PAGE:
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Can nomination alone protect your loved ones?

nomination, write a will, family members, banks and financial service, legal heirs

By Kumarmanglam Vijay

Banks and insurance companies hold vast sums of money in unclaimed deposits that they are required to transfer to investor protection funds, to the detriment of family members of the deceased account holders. Failure to ensure nomination while opening accounts with banks, financial service providers, and housing societies, as also neglecting to write a will, are the lead contributors to the subsequent ordeal faced by family members of the deceased.

Take, for instance, Jai who mentioned his mother as nominee in his first bank account but failed to update this nomination over the ensuing years. On his sudden demise at 50, the family was beset with difficulties in accessing the funds credited to his bank account, that were compounded when his mother developed Alzheimer's and became incapacitated.

Another case in point is where a dispute arose between the nominee and the legal heirs over the right to get transfer of ownership of an apartment (evidenced by membership in a cooperative society) where the nominee was not a legal heir. The court ruled in favour of the membership being transferred to the nominee pending settlement of the dispute amongst the legal heirs.

The question that arises for everyone is whether we would rather leave behind easily accessible assets and peaceful coexistence for our loved ones or the burden of litigation and conflicts.

Responsible asset management entails ascertaining a nominee's actual status and role vis-a-vis the owner's assets. A nominee is a person appointed by an individual to act as custodian of her/his assets in the event of her/his death. In the absence of a nominee, legal heirs will then have to either settle succession amicably amongst themselves or seek the court's intervention to determine individual rights and prove each one's legal status before the respective institutions to get their rightful dues. After an owner's death, a nominee is not the acknowledged beneficiary of the owner's assets. Therefore, any assumption that wealth can be distributed by nomination is an illusion, as a nominee is merely a trustee and is required to act in a fiduciary capacity for the benefit of legal heirs determined as per the applicable succession laws.

The most common mistakes in respect of nomination may be avoided by taking a few precautions:

  • The person making the nomination must take proper care in selecting a nominee and filling out the correct details in the requisite forms
  • Nominations should be updated regularly
  • Nominees as well as legal heirs must be informed of the nomination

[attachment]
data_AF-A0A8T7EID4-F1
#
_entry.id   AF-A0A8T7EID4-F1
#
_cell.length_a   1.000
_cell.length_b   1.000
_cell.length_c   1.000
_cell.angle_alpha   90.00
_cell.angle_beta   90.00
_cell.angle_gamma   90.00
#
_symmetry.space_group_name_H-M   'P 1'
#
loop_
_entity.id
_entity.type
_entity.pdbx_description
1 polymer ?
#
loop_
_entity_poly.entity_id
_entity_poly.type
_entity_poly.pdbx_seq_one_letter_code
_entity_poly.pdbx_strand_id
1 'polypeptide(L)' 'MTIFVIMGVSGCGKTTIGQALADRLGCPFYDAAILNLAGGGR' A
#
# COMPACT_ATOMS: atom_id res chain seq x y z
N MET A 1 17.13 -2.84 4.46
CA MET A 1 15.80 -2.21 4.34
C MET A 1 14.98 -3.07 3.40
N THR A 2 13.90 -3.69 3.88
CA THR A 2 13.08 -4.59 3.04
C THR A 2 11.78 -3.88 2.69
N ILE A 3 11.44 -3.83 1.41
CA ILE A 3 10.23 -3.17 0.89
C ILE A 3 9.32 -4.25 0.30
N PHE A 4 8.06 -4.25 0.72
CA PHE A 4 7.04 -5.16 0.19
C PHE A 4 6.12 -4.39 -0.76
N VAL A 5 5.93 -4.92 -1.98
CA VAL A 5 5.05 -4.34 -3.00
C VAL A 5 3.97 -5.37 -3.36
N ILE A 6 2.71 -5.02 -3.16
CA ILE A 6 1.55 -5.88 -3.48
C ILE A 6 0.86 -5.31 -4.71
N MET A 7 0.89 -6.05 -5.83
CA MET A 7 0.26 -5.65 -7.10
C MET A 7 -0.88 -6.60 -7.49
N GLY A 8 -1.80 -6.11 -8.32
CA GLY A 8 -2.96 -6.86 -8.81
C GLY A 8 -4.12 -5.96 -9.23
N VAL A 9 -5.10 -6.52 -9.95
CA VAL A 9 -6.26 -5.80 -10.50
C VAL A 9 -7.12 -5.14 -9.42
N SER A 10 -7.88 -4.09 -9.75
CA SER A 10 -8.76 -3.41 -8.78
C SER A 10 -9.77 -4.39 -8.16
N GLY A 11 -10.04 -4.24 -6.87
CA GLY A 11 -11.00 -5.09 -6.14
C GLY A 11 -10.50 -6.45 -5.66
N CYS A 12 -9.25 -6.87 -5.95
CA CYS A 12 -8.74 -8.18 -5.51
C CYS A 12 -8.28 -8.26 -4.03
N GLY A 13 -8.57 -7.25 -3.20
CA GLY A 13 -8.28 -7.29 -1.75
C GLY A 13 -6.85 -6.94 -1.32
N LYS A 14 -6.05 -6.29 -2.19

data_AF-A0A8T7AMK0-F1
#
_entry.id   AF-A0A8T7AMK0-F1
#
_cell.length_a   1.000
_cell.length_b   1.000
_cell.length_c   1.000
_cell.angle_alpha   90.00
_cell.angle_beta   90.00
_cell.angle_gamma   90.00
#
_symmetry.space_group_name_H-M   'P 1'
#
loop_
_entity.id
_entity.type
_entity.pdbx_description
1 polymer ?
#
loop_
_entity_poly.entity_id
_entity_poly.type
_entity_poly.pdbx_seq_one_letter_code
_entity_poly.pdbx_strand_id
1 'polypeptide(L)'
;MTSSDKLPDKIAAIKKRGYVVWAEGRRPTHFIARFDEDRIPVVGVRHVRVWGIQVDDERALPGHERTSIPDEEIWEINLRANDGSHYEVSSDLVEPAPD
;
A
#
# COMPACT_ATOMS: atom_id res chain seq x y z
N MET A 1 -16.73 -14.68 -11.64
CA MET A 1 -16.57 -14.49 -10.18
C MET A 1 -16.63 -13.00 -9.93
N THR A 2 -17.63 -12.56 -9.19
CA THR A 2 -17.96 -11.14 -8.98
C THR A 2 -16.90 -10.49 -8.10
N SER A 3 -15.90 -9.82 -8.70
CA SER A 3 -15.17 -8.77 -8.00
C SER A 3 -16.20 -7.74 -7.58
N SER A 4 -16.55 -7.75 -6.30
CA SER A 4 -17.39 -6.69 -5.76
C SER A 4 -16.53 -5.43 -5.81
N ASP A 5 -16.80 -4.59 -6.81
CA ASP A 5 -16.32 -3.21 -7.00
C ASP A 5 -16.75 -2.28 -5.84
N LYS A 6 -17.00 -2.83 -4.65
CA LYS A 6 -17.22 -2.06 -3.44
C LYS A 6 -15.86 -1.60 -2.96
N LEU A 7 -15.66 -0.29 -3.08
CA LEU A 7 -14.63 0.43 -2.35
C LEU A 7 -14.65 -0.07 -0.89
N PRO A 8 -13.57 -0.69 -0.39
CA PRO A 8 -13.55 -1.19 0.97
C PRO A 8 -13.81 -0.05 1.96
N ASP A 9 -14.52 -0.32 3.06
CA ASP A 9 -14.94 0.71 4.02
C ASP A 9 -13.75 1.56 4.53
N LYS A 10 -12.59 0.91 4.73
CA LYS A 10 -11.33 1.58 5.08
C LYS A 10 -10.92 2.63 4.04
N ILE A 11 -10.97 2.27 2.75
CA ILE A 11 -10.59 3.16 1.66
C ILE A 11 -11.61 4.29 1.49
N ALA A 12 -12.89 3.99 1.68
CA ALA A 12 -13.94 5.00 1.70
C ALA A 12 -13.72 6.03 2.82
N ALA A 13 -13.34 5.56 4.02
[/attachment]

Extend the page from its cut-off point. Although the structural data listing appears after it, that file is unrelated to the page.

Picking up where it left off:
• The person nominated should be made aware that the status of nominee is that of a trustee and she/he should comply with the conditions of the will of the individual nominating him
  • If a person is nominated as beneficial nominee, he should also be provided with the same benefit in the will

Where a person wants to distribute his wealth in a manner different from that provided in applicable succession laws, she/he must record her/his intent to distribute the assets in a will. A will is a legal declaration of the testator's intention in respect of his property which he desires to be carried into effect after his death. Bequests made under a will come into force only after the lifetime of the author of the will.

A will is deemed to be valid when the following conditions are fulfilled:

  • The testator should be of sound mind and have attained majority
  • At least two witnesses are required to sign the will
  • The will should not be made under fraud or coercion

Failure to comply with any of the aforementioned conditions could result in the will being rendered null and void. It is not necessary for the testator to disclose the contents of the will to the witness whose duty is merely to witness the testator's signature. . Further, any person capable of holding property can be a legatee, including minors and the mentally deranged. However, debts of every description must be paid before the legacy devolved upon legatees can be enjoyed by them.

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To conclude, legal heirs named by the owner in the will, or decided by application of relevant succession laws, are the real beneficiaries of property, and the role of the nominee is to ensure that such property, which she/he holds in trust, is transferred to the said beneficiaries. In case it is intended that the property passes on to the nominated person, this must be stated in a legally valid will, as a mere nomination is not enough for the purpose of transfer of ownership. Therefore, it is vital that the utmost care is taken while appointing a nominee, as financial institutions and third parties dealing with assets are authorized to deal with the nominee to effectively discharge their obligations. Any oversight in fulfilling the rules in respect of nomination can lead to distress for bereaved family members.

( The author is a partner at J Sagar Associates. Views expressed are personal.)